How will the RHI work?

The Department of Energy and Climate Change (DECC) recently hosted a web chat to answer questions about the Renewable Heat Incentive (RHI). We have summarised the most interesting questions and responses here:


Can the team confirm that RHI payments will not be affected for anyone currently receiving FiT’s for solar PV or turbine installations?

Solar PV to complement a heat pump

Answer: There is no penalty for doing more. If you have FiT technologies and install an RHI technology alongside them then you will benefit from both schemes.

Source Energy’s comments: This is fantastic, many of our clients have chosen in the past to pair heat pumps with solar PV to further minimise or even eliminate their heat pump’s running costs, find out more about our PV partners Cornwall Solar Panels and Konnected.


If the Domestic RHI goes live in April 2014, will the first RHI payments be in July 2014 and every quarter after that for 7 yrs?

Answer: Yes. We plan to launch the scheme in spring 2014 and will pay every 3 months in arrears.

Source Energy’s comments: Over the 7 year period you will benefit from a regular income which will help offset the initial installation costs of the system. Learn how much you could earn >>


I have a brought a new build house with a ground source heat pump in it, will I be eligible for payments?

Answer: No. New-build is not eligible for the scheme, unless you qualify as a self-builder.

Source Energy’s comments: We are very pleased that self builders will be eligible for this scheme. Whilst buyers of new properties will still benefit from the great efficiencies and low running costs associated with heat pumps.


Can you confirm that the newly released domestic RHI tariffs are available to people that are on the mains gas grid as well as those who are off the national mains gas grid?

Answer: The tariff payment will be the same for an on gas and off gas household. However gas systems are typically cheaper to install and run compared to for example an oil boiler.

Source Energy’s comments:  We are surprised at this inclusion, as all recent grant funding has been for off-gas properties. This confirmation is a great incentive for those living on the main gas grid looking for a low carbon and renewable alternative to their current heating system, or who have installed solar PV which would offset the heat pump running costs. Heat pumps give homeowners a level of resilience to rising fuel costs and eliminate the risks such as carbon monoxide poisoning.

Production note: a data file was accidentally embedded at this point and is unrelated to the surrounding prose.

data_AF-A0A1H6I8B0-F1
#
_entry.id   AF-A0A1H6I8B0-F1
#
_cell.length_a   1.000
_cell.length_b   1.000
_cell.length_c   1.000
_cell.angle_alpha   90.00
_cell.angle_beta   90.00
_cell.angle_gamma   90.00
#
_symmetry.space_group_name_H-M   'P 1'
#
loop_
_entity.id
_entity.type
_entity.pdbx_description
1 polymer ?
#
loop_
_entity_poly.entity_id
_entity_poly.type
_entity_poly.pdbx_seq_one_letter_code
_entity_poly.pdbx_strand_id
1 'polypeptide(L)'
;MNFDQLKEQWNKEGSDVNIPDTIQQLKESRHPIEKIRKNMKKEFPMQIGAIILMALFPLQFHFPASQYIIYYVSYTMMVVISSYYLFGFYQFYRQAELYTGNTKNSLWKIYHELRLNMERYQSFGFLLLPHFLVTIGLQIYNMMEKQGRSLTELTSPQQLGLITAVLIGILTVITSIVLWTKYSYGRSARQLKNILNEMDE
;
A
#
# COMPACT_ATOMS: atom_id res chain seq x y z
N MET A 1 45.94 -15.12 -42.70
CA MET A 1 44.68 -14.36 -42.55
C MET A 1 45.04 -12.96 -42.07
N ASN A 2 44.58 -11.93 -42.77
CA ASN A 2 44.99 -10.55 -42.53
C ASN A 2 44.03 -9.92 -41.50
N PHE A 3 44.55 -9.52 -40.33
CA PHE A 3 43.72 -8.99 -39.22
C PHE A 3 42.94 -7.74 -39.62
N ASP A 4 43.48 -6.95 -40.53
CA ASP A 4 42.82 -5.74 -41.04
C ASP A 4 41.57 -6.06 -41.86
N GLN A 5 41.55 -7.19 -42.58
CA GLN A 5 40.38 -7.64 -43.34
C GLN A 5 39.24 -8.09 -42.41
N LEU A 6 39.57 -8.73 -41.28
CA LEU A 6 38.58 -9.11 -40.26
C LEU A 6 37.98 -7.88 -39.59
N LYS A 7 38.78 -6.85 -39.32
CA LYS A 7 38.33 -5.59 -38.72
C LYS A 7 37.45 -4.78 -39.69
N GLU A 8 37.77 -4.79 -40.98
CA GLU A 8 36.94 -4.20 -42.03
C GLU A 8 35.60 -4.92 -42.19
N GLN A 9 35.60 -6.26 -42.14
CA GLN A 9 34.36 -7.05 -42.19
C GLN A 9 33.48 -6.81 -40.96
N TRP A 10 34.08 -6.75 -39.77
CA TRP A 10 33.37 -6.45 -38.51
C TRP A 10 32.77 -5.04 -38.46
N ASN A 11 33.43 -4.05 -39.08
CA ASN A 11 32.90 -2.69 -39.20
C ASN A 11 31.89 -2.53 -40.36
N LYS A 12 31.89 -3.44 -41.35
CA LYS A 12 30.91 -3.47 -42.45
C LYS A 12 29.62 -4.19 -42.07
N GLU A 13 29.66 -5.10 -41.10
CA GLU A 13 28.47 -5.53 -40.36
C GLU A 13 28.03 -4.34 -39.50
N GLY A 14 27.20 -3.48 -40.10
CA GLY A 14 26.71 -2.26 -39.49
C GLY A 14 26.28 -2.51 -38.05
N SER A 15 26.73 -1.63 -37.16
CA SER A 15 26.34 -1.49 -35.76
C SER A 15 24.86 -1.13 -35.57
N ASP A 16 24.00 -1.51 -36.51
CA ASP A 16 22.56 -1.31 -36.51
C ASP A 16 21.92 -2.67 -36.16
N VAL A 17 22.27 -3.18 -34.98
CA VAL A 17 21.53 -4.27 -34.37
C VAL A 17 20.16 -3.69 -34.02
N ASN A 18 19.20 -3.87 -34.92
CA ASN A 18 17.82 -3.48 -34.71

The RHI document says that a heat pump has to be classed as renewable in order to claim the RHI. This means that a minimum SPF of 2.5 is required. Does this mean that an air source heat pump with a flow temperature of 55 deg C (and therefore according to the heat emitter guide has an SPF of 2.4) will not be eligible for RHI payments?

Answer: You are correct that new ASHP systems with a design emitter flow temperature of 55oC won’t be eligible for the scheme

Source Energy’s comments: Source Energy carefully select their manufactures and carefully design heating distributions to ensure that this criteria is met and that the systems runs at maximum efficiency. Learn more about Mitsubishi Ecodan air source heat pumps >>


You can read the full web chat here >>


Source Energy have calculated for guidance purposes that a typical 3 bed new build property meeting the RHI requirements, could receive over £15,000 by installing a ground source heat pump and over £6,500 by installing an air source heat pump. Find out more >>